Louts with walnut-sized brains leave an ugly problem blowing in the wind
Wednesday, July 24th, 2013
On a daily basis recently I’ve witnessed raucous gangs of beady-eyed brutes tossing litter around the streets in a noisy free for all.
They pay little heed to passers-by while gleefully slashing their way through trash bags and leaving the fetid innards strewn across the pavements, roadways and verges.
Seagulls, eh? Edinburgh has more than its fair share of the winged pests and their glossy condition suggests most are doing very nicely, thank you.
Like most problems the seagull conundrum is man made. During the 80s and 90s the urban gull thrived, filling its belly with the contents of plastic refuse sacks which were far from peck-proof.
More recently the rise of covered wheelie bins or communal roadside bins for tenements meant the sight of gutted black bin bags was becoming something of a rarity. So why the sudden reappearance around the city centre, sparking a seabird feeding frenzy?
I have no answers. But when it comes to litter, there’s no point in blaming the local wildlife. Why hate on something with a brain no bigger than a walnut – particularly when you might be sharing a joke, a pint or even a home with the real culprits.
It turns out half of Scots cheerfully own up to littering, according to a major piece of research commissioned by Zero Waste Scotland.
Ye whit? Everytime I see some troll toss away their lunchtime wrapper, empty a car ashtray on the street or leave a drink can in the gutter it leaves me raging. Now someone tells me 50 per cent of the population is at it?
The bin boffins behind the research reckon littering negatively affects Scotland’s mental health to the tune of £53 million a year. Stewing over the antics of litter louts is bad for your wellbeing.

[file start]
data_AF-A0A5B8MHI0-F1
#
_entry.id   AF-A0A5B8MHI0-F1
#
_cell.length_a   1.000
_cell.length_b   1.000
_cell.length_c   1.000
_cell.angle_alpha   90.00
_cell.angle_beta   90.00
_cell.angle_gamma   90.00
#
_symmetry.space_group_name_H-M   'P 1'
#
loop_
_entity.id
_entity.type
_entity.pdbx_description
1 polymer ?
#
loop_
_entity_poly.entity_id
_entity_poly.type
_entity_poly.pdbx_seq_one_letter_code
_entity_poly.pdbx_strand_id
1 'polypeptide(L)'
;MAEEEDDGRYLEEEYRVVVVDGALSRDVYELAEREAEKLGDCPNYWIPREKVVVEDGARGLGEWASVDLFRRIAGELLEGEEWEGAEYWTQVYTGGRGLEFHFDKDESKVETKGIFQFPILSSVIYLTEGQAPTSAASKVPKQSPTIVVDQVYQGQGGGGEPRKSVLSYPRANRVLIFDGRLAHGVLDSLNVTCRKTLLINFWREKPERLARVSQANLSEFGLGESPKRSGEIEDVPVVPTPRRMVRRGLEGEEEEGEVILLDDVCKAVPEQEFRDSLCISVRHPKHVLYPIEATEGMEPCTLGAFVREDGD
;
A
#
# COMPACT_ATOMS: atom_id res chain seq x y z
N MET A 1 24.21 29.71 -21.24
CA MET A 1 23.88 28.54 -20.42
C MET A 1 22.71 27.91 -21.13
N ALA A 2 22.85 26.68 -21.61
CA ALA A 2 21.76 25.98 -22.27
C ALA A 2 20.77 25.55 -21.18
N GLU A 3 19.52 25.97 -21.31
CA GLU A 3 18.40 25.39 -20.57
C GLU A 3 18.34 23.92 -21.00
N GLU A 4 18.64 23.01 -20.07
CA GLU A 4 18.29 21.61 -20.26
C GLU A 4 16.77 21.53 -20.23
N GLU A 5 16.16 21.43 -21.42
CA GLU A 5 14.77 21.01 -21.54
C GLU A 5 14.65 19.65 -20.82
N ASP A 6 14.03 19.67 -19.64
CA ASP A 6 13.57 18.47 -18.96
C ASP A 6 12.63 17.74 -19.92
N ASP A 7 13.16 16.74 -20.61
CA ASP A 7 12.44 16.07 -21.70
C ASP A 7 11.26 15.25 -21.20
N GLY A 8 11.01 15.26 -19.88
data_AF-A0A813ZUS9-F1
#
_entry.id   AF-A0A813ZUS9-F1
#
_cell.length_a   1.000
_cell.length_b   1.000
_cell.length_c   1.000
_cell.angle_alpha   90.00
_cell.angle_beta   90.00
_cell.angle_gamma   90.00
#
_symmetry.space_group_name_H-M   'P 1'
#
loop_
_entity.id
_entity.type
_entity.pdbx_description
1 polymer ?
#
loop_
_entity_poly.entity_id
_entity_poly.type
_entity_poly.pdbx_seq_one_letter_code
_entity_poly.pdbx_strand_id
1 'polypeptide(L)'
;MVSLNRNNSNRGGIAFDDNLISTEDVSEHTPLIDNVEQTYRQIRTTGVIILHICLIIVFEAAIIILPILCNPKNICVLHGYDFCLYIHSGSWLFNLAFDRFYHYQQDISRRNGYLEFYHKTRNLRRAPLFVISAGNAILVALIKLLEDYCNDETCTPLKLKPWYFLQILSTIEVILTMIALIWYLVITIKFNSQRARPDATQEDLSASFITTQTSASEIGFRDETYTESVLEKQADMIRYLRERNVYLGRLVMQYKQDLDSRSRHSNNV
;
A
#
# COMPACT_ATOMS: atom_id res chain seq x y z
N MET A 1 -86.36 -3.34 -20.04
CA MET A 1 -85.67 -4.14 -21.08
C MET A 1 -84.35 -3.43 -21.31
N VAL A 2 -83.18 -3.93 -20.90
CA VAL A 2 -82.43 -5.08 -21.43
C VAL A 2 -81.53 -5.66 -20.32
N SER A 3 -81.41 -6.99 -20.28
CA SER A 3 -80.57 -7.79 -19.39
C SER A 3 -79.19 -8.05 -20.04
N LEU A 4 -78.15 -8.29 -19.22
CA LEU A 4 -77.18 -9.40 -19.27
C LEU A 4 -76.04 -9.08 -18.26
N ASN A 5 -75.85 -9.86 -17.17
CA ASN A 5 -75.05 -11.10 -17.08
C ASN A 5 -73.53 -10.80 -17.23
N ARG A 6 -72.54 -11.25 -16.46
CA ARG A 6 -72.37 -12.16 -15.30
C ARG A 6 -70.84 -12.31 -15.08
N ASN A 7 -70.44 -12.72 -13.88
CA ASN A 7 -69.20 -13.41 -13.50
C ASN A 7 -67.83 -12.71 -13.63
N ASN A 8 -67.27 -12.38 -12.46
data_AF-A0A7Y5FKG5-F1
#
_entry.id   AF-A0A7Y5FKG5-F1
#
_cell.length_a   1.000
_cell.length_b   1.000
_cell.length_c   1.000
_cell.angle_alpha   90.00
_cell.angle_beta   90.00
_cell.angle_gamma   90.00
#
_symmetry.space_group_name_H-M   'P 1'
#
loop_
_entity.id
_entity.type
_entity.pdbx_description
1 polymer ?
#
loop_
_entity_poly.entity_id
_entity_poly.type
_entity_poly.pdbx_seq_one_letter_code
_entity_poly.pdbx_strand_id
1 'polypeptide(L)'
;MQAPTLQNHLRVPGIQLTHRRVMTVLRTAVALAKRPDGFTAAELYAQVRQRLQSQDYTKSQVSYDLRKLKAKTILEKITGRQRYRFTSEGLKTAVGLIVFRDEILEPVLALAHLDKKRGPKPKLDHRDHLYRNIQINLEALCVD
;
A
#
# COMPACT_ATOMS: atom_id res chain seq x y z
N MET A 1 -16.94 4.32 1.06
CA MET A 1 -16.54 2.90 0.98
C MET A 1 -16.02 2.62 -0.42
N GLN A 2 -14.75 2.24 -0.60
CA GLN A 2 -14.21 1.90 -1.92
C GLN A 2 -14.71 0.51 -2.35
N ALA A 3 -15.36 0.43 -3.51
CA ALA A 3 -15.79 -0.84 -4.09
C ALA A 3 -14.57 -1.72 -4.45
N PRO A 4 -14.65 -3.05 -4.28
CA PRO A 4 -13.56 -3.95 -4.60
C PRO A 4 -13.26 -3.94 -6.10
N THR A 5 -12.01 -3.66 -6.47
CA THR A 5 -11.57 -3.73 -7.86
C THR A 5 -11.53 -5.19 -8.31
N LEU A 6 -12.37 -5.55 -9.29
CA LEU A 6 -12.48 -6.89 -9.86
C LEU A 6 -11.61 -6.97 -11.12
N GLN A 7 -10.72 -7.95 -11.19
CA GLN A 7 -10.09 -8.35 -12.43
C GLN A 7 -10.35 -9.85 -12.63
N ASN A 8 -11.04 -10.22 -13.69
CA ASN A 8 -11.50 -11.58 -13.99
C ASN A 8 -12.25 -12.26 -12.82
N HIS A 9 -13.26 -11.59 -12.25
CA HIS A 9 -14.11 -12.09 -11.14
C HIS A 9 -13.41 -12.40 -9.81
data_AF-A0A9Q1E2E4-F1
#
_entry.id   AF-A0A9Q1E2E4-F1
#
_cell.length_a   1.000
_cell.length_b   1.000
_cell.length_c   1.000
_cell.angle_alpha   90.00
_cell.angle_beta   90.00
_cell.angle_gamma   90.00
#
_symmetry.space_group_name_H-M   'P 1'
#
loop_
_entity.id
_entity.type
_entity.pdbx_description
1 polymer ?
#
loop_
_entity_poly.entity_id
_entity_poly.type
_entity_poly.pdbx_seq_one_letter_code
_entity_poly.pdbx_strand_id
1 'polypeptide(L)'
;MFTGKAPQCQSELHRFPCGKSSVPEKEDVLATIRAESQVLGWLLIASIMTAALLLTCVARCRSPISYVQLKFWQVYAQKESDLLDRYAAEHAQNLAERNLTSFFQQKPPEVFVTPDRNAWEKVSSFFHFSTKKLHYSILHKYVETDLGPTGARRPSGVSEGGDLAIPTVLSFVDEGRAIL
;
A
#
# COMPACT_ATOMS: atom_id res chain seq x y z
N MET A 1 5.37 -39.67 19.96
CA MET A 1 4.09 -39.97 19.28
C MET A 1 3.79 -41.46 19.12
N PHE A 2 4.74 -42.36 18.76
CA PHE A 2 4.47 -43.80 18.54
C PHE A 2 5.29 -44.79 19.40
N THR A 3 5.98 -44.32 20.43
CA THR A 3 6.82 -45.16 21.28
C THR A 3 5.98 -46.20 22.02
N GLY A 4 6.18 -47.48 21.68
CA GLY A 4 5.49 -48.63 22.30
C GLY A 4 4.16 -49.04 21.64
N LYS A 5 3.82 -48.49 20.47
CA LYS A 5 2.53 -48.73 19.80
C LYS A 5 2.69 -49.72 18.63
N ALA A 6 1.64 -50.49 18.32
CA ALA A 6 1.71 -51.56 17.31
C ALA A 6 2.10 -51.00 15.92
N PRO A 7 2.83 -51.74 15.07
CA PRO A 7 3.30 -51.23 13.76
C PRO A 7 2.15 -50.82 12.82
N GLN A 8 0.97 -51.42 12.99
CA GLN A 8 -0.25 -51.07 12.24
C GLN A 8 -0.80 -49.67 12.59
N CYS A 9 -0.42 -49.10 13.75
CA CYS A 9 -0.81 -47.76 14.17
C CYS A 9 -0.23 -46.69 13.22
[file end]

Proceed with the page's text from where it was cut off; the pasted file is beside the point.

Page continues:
But this isn’t just a problem for the thin-skinned, the sensitive or the easily offended. It’s an epic and massively costly problem for business.
Hundreds of millions of pounds is being spent clearing up after the lazy, the thoughtless and the selfish. The same study by academics has shown how the costs of litter keep stacking up – increased crime, reduced property values, wildfires, road accidents, pest control, backed up sewers, flooded streets, rail delays.
Yep, littering or thoughtless waste disposal can be a factor in them all – and that’s before you even try to quantify the knock on costs in a tourist city like Edinburgh.
How many day trippers from England, Europeans on weekend city breaks or long-haul travellers from further afield have had a Festival Fringe or Hogmanay experience soured by unsightly, unwanted and entirely unnecessary garbage?
As Richard Lochhead, Environment Secretary, put it: “Litter costs local authorities, transport providers and other businesses millions to clean up – and we all pay for it.”
Earlier this month (Jul 4) the Scottish Government recognised the scale of the problem and launched a bold attempt tackle a garbage epidemic which has us drowning under 250 million highly visible items of litter each year.
A three month public consultation is underway to inform a new National Litter Strategy which will aim to tie together the strands of education, enforcement and protecting the environment.
Crucially businesses and business group can have their say, since employers will face greater responsibilities to recycle and work harder to educate both staff and customers.
It’s likely the most headline-grabbing part of the consultation will involve the thorny issue of ‘grime and punishment’ and just how harshly litterers should be dealt with? The last thing a creaking justice system needs is a huge influx of new petty offenders.
Yet without a tough and enforceable legislative framework to back it up, I suspect a litter strategy – no matter how much I wish it to be successful – will be doomed to failure.
Just a few short years ago it was unthinkable that smoking would be banned in public places, including pubs. I’m old enough to recall the 1980s when hardly anybody wore a seatbelt – and bristled at the outrageous prospect of being ordered to belt-up.
In both those cases, good intentions, public education and smart advice achieved little in the way of social change. Only muscular legislation effected a tangible, society-wide change in behaviour.
When it comes to litter, the Asian city state of Singapore is often held up as the poster child for clean and welcoming streets. But the hefty fines and public shaming of litter bugs are not to everyone’s taste.
I wonder how they fare on the seagull front?